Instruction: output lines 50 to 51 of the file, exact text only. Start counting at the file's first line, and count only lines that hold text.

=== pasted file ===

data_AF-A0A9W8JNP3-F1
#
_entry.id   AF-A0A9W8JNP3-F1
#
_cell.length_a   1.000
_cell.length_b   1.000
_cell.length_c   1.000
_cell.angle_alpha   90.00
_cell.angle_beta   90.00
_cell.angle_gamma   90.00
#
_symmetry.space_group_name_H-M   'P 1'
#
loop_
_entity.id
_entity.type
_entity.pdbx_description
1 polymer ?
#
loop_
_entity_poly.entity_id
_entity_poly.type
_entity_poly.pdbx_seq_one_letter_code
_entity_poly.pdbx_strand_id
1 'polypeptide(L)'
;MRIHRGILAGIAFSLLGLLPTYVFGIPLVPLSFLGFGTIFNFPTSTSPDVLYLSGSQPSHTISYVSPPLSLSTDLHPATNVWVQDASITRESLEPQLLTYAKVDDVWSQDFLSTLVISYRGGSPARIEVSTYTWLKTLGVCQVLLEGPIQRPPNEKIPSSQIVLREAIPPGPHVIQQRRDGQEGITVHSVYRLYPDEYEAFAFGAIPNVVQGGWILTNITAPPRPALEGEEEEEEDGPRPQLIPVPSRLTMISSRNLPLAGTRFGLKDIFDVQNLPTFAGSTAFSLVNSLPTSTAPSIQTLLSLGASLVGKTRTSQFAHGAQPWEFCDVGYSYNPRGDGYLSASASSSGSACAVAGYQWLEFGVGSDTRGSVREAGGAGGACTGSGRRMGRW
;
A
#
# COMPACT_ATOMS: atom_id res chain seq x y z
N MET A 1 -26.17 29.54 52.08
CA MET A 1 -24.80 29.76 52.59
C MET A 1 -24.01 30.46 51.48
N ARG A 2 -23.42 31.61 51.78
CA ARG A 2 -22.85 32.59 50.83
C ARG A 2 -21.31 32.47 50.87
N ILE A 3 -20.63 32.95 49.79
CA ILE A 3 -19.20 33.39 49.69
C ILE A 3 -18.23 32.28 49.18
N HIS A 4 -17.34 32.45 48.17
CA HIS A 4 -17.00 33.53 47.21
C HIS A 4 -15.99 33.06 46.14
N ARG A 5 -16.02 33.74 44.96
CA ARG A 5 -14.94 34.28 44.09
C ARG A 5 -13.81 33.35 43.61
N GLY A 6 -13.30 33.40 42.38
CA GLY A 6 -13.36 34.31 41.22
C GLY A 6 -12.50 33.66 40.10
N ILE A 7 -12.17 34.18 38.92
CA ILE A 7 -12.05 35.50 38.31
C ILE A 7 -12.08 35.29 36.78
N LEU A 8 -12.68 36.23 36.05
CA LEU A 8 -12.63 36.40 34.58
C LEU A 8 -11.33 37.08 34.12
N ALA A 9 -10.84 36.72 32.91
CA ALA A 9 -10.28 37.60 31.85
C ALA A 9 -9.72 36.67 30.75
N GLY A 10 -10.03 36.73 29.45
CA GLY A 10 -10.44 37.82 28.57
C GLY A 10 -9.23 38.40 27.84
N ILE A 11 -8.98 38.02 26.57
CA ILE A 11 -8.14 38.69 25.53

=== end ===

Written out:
CA ILE A 7 -12.05 35.50 38.31
C ILE A 7 -12.08 35.29 36.78